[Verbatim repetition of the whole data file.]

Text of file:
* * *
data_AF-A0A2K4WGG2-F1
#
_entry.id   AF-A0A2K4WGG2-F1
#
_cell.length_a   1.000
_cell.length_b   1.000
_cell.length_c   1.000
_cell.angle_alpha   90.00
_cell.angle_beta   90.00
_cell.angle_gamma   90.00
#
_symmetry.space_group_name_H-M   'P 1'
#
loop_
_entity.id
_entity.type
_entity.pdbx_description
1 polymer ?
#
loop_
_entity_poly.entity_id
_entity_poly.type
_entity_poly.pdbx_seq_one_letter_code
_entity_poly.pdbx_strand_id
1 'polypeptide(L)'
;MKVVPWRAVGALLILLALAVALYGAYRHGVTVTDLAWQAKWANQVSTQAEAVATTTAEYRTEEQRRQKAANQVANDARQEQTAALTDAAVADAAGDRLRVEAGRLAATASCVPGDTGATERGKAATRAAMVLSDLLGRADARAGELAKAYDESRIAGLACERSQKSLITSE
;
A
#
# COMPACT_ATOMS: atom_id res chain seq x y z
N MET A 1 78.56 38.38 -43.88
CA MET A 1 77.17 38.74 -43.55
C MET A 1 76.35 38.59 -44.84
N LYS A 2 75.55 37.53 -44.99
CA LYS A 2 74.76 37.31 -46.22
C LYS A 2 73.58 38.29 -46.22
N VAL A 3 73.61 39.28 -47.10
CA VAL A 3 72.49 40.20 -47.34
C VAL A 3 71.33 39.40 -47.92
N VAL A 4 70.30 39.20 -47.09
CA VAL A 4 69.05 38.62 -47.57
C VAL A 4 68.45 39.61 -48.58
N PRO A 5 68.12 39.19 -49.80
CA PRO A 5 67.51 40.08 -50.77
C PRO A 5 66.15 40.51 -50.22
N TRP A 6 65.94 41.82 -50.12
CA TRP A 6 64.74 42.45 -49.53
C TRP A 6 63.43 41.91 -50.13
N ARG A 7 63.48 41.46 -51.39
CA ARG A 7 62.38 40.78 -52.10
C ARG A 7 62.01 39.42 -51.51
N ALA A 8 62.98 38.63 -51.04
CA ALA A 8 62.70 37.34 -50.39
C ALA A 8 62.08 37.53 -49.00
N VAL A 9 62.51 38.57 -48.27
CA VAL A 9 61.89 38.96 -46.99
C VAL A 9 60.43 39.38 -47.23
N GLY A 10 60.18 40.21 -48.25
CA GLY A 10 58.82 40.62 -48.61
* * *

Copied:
data_AF-A0A2K4WGG2-F1
#
_entry.id   AF-A0A2K4WGG2-F1
#
_cell.length_a   1.000
_cell.length_b   1.000
_cell.length_c   1.000
_cell.angle_alpha   90.00
_cell.angle_beta   90.00
_cell.angle_gamma   90.00
#
_symmetry.space_group_name_H-M   'P 1'
#
loop_
_entity.id
_entity.type
_entity.pdbx_description
1 polymer ?
#
loop_
_entity_poly.entity_id
_entity_poly.type
_entity_poly.pdbx_seq_one_letter_code
_entity_poly.pdbx_strand_id
1 'polypeptide(L)'
;MKVVPWRAVGALLILLALAVALYGAYRHGVTVTDLAWQAKWANQVSTQAEAVATTTAEYRTEEQRRQKAANQVANDARQEQTAALTDAAVADAAGDRLRVEAGRLAATASCVPGDTGATERGKAATRAAMVLSDLLGRADARAGELAKAYDESRIAGLACERSQKSLITSE
;
A
#
# COMPACT_ATOMS: atom_id res chain seq x y z
N MET A 1 78.56 38.38 -43.88
CA MET A 1 77.17 38.74 -43.55
C MET A 1 76.35 38.59 -44.84
N LYS A 2 75.55 37.53 -44.99
CA LYS A 2 74.76 37.31 -46.22
C LYS A 2 73.58 38.29 -46.22
N VAL A 3 73.61 39.28 -47.10
CA VAL A 3 72.49 40.20 -47.34
C VAL A 3 71.33 39.40 -47.92
N VAL A 4 70.30 39.20 -47.09
CA VAL A 4 69.05 38.62 -47.57
C VAL A 4 68.45 39.61 -48.58
N PRO A 5 68.12 39.19 -49.80
CA PRO A 5 67.51 40.08 -50.77
C PRO A 5 66.15 40.51 -50.22
N TRP A 6 65.94 41.82 -50.12
CA TRP A 6 64.74 42.45 -49.53
C TRP A 6 63.43 41.91 -50.13
N ARG A 7 63.48 41.46 -51.39
CA ARG A 7 62.38 40.78 -52.10
C ARG A 7 62.01 39.42 -51.51
N ALA A 8 62.98 38.63 -51.04
CA ALA A 8 62.70 37.34 -50.39
C ALA A 8 62.08 37.53 -49.00
N VAL A 9 62.51 38.57 -48.27
CA VAL A 9 61.89 38.96 -46.99
C VAL A 9 60.43 39.38 -47.23
N GLY A 10 60.18 40.21 -48.25
CA GLY A 10 58.82 40.62 -48.61